Practicing Imitation and Revising Your Paragraphs
Writing Better Essays - A Rhetorical Guide to Writing and Revision (Second International Edition) - David L. Rogers
David L. Rogers [+]
Kingston University, London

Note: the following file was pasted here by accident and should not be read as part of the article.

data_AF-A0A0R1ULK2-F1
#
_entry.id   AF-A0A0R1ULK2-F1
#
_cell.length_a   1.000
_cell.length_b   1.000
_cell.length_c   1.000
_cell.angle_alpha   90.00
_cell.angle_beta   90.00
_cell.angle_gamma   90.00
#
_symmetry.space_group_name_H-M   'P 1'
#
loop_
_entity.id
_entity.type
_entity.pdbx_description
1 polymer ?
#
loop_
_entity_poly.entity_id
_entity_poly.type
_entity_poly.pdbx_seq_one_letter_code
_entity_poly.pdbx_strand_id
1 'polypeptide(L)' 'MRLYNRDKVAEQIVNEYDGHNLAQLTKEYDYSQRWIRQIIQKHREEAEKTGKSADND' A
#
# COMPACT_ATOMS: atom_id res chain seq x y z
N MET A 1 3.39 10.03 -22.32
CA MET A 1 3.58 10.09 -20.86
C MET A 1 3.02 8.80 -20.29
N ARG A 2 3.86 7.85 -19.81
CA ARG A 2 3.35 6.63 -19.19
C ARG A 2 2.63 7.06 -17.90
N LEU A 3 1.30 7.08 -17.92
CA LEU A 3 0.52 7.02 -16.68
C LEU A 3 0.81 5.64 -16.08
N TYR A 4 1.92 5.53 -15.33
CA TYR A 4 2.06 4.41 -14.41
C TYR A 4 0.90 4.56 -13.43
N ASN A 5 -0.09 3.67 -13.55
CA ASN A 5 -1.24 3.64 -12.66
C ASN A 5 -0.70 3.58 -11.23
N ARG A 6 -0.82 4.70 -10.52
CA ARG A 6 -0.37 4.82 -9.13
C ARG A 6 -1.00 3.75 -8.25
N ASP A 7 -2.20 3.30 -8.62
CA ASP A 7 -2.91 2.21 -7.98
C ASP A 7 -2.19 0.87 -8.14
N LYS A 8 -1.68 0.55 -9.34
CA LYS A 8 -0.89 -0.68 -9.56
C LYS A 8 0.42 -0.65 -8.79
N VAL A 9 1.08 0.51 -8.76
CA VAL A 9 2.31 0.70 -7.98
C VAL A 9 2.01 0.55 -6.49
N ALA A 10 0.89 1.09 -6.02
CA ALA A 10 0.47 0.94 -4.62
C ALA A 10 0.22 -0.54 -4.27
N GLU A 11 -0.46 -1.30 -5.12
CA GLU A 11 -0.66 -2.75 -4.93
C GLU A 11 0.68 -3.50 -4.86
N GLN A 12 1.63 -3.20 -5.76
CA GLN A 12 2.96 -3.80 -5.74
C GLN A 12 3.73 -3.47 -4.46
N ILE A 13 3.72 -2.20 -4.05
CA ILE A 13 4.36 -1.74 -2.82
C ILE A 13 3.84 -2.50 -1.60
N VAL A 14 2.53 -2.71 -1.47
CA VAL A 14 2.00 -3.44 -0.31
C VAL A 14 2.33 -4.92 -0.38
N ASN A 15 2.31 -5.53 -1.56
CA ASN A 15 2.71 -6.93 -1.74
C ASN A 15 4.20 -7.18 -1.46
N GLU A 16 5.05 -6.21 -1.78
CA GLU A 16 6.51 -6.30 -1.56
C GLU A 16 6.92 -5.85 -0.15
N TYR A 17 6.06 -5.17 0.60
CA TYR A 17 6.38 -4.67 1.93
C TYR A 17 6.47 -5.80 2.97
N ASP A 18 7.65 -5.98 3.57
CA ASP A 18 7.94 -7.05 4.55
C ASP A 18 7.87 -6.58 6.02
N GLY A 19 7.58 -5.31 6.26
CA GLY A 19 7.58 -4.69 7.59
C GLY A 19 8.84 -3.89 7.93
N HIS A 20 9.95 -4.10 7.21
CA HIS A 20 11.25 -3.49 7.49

Chapter 6 represents the center of the book structurally and conceptually as it focuses entirely on the classical rhetorical practice of imitation. Once fundamental to the teaching of both oral and written rhetoric, imitation seems now largely out of favour, but its potential value as a learning tool remains. Since it will not be familiar to most students now, the chapter first explains imitation as a practice and advises students on the best ways to receive the maximum benefits from it. It then provides an exercise involving thirty-nine examples of good practice written by a diverse group of professional writers from different countries and representing a range of disciplines and subject areas. It explains the steps of the exercise carefully, both with respect to each individual imitation the students undertake and to the approach they should take to subsequent imitations, since, to extract the most benefit from imitation, students must practice consistently and over a period of time, perhaps with instructors setting assignments weekly. Students should never try to complete imitations quickly or when they are tired. The final exercise in the chapter asks students to return to their on-going draft or to a previous essay and revise all of their paragraphs fully, using what they have previously learned about bridging devices and what they have begun to understand about their own style and ways to better develop coherence from any of the imitations they have performed.